According to the CFPB, Bank of America will pay $250 million for doubling fees and opening accounts without customer consent


“Bank of America has unfairly withheld credit card rewards, double-charged fees and opened accounts without consent,” CFPB Director Rohit Chopra said in a statement.

A customer uses an ATM at a Bank of America location in San Francisco.

A customer uses an ATM at a Bank of America location in San Francisco on Monday, April 24, 2023. AP Photo/Jeff Chiu, file

NEW YORK (AP) — Bank of America will reimburse its customers more than $100 million and pay $150 million in penalties for “double cutting” overdraft fees, withholding award bonuses on credit cards and closing accounts without the consent of the customers have opened.

Combined, these are one of the largest fines in years against Bank of America, which for most of the past 15 years has sought to improve its reputation and present itself to the public as a bank focused on financial health, not revenue Focused overdraft fees and financial tricks.

BofA must reimburse customers $100 million, pay $90 million in penalties to the Consumer Financial Protection Bureau, and $60 million to the Office of the Comptroller of the Currency. “Bank of America has unfairly withheld credit card rewards, double-charged fees and opened accounts without consent,” CFPB Director Rohit Chopra said in a statement. “These practices are illegal and undermine customer trust.”

Backed by a broad mandate from the White House, Chopra and the bureau have argued strongly over the past year junk fees ” – Fees billed to Americans and often seen as unnecessary or exploitative by banks, collection agencies, airlines and concert halls. Banks such as BofA, JPMorgan Chase, Wells Fargo and others were a target of the bureau under the Biden administration.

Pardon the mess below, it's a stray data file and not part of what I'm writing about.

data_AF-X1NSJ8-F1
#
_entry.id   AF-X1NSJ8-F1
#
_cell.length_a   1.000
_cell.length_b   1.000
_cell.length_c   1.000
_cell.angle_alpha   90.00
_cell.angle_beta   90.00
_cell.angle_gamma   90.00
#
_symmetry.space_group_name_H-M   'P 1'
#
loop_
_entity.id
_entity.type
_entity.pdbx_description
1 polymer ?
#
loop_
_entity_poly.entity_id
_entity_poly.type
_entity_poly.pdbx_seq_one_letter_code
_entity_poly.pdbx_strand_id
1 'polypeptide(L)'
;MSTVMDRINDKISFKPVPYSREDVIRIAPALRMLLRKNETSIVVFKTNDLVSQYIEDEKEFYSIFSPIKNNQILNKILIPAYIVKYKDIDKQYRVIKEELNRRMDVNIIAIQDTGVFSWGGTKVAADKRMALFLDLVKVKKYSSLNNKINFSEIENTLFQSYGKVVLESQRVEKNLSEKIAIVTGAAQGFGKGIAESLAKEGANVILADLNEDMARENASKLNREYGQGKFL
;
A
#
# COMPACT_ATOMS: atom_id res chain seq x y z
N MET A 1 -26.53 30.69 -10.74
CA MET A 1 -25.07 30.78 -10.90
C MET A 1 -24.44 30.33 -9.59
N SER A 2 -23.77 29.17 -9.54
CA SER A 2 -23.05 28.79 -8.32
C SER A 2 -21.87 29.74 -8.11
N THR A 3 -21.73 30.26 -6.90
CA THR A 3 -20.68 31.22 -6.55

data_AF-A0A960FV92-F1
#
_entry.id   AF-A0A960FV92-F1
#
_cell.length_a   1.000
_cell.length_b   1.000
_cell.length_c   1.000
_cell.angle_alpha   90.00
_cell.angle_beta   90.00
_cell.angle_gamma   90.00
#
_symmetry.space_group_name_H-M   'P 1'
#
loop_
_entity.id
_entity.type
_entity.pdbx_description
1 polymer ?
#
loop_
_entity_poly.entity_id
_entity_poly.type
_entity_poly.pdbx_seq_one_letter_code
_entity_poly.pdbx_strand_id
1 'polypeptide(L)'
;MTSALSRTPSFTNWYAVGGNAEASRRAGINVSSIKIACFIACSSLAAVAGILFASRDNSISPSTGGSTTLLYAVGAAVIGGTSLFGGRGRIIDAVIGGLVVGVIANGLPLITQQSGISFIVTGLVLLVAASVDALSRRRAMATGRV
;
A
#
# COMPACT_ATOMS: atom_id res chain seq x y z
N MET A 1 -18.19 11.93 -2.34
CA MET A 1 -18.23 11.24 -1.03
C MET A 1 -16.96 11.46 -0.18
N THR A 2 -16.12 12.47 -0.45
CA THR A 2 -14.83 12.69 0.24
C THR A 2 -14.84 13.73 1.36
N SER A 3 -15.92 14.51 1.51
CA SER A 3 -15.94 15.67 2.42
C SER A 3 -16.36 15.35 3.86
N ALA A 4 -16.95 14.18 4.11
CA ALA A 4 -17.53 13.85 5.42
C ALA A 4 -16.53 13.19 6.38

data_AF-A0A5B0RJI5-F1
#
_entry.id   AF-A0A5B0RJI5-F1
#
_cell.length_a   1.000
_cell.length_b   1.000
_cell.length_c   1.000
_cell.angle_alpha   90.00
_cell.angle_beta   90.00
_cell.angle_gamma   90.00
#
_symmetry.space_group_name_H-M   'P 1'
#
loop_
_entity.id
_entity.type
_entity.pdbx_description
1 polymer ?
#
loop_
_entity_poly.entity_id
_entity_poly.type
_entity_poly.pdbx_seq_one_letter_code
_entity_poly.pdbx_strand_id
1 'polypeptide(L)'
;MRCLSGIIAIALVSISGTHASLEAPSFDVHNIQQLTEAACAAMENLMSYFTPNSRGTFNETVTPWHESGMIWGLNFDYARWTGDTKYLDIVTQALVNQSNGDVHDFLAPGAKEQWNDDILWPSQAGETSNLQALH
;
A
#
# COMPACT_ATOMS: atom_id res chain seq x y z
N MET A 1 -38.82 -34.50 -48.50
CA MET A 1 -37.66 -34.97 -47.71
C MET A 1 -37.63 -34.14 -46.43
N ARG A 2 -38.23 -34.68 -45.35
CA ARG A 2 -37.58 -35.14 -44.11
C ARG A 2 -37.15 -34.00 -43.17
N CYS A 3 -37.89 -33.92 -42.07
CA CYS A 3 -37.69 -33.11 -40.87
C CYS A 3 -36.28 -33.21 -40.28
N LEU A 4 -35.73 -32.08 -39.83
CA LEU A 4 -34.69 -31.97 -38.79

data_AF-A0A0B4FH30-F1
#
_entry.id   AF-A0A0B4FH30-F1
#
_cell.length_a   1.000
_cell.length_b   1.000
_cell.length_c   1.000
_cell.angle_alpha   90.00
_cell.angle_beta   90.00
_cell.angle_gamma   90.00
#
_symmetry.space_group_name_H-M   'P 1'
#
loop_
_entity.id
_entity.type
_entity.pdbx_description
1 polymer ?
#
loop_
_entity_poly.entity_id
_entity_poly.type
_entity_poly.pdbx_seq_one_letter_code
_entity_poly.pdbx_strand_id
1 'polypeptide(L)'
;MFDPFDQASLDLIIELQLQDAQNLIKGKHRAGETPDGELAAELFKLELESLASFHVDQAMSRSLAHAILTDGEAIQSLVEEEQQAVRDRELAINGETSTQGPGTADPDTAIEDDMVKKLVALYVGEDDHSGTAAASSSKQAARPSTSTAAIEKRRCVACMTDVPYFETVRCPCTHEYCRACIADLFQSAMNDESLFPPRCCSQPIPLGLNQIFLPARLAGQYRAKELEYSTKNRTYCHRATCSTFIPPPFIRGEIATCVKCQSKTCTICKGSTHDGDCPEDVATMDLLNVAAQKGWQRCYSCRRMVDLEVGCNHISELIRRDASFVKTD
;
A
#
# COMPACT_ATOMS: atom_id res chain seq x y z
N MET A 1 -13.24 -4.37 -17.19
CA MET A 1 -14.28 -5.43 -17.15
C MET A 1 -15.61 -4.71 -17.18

Part of the fines and penalties stem from Bank of America charging its customers $35 after the bank declined a transaction because the customer did not have enough funds in their account, according to the CFPB. The agency found that the bank made a double mistake by allowing it to charge fees repeatedly for the same transaction.

The fees often accrued when customers processed routine monthly transactions, such as a gym membership. If a customer’s balance was too low to cover the transaction, the transaction would be declined and BofA would charge the customer a $35 fee. The company, which was not paid, frequently debited the customer’s account, resulting in another $35 fee for insufficient funds.

The bank stopped this practice last year but is still required to pay back customers who were charged before the policy change.

BofA has reduced its reliance on overdraft revenue for more than a decade, and last year it reduced overdraft fees to $15. Bank CEO and chairman Brian Moynihan told The Associated Press in 2022 that under these new guidelines Overdraft fee revenue decreased by 90% compared to 2021. The bank said it voluntarily reduced overdraft fees and eliminated all underfunding fees in the first half of last year.

Bank of America also offered cash rewards and bonus points to people when they signed up for a card, but the CFPB said the bank unlawfully withheld promised credit card account bonuses.

The CFPB also found that Bank of America employees have been illegally applying for and registering consumer credit card accounts without their knowledge or authorization since at least 2012. It is a similar but lesser charge against Wells Fargo, which paid billions in fines after it found that the San Francisco Bank Millions of unauthorized bank accounts opened to achieve unrealistic sales targets.

In 2014, the CFPB ordered Bank of America to pay $727 million for illegal credit card practices. Last year, the company was fined $10 million in civil penalties for unlawful garnishments. Also in 2022, the CFPB and OCC fined Bank of America $225 million and ordered it to pay hundreds of millions of dollars in reparation to consumers for botched federal unemployment benefit payments at the height of COVID -19 pandemic.

Tom Vazquez

Tom Vazquez is a USTimeToday U.S. News Reporter based in London. His focus is on U.S. politics and the environment. He has covered climate change extensively, as well as healthcare and crime. Tom Vazquez joined USTimeToday in 2023 from the Daily Express and previously worked for Chemist and Druggist and the Jewish Chronicle. He is a graduate of Cambridge University. Languages: English. You can get in touch with Tom Vazquez by emailing

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